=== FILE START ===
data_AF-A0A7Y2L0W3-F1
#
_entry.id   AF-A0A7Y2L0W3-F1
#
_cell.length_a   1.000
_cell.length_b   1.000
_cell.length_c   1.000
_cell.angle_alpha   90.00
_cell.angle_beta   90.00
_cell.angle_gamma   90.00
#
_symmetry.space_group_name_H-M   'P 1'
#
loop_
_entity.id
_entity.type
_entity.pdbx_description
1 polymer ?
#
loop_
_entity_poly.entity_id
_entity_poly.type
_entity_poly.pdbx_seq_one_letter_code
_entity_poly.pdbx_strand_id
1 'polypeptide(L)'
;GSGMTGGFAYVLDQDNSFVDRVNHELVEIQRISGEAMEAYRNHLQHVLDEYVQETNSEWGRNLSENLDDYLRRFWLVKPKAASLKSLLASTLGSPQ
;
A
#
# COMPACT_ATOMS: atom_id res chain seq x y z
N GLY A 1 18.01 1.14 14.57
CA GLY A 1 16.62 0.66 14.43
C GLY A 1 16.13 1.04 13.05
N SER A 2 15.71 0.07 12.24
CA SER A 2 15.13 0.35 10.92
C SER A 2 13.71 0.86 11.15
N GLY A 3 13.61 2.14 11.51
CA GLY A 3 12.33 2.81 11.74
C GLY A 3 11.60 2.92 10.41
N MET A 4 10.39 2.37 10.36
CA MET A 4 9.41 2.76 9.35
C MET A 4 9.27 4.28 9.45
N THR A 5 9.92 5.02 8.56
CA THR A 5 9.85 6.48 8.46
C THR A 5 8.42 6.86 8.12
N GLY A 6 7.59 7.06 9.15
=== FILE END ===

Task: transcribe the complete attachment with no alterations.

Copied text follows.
data_AF-A0A7Y2L0W3-F1
#
_entry.id   AF-A0A7Y2L0W3-F1
#
_cell.length_a   1.000
_cell.length_b   1.000
_cell.length_c   1.000
_cell.angle_alpha   90.00
_cell.angle_beta   90.00
_cell.angle_gamma   90.00
#
_symmetry.space_group_name_H-M   'P 1'
#
loop_
_entity.id
_entity.type
_entity.pdbx_description
1 polymer ?
#
loop_
_entity_poly.entity_id
_entity_poly.type
_entity_poly.pdbx_seq_one_letter_code
_entity_poly.pdbx_strand_id
1 'polypeptide(L)'
;GSGMTGGFAYVLDQDNSFVDRVNHELVEIQRISGEAMEAYRNHLQHVLDEYVQETNSEWGRNLSENLDDYLRRFWLVKPKAASLKSLLASTLGSPQ
;
A
#
# COMPACT_ATOMS: atom_id res chain seq x y z
N GLY A 1 18.01 1.14 14.57
CA GLY A 1 16.62 0.66 14.43
C GLY A 1 16.13 1.04 13.05
N SER A 2 15.71 0.07 12.24
CA SER A 2 15.13 0.35 10.92
C SER A 2 13.71 0.86 11.15
N GLY A 3 13.61 2.14 11.51
CA GLY A 3 12.33 2.81 11.74
C GLY A 3 11.60 2.92 10.41
N MET A 4 10.39 2.37 10.36
CA MET A 4 9.41 2.76 9.35
C MET A 4 9.27 4.28 9.45
N THR A 5 9.92 5.02 8.56
CA THR A 5 9.85 6.48 8.46
C THR A 5 8.42 6.86 8.12
N GLY A 6 7.59 7.06 9.15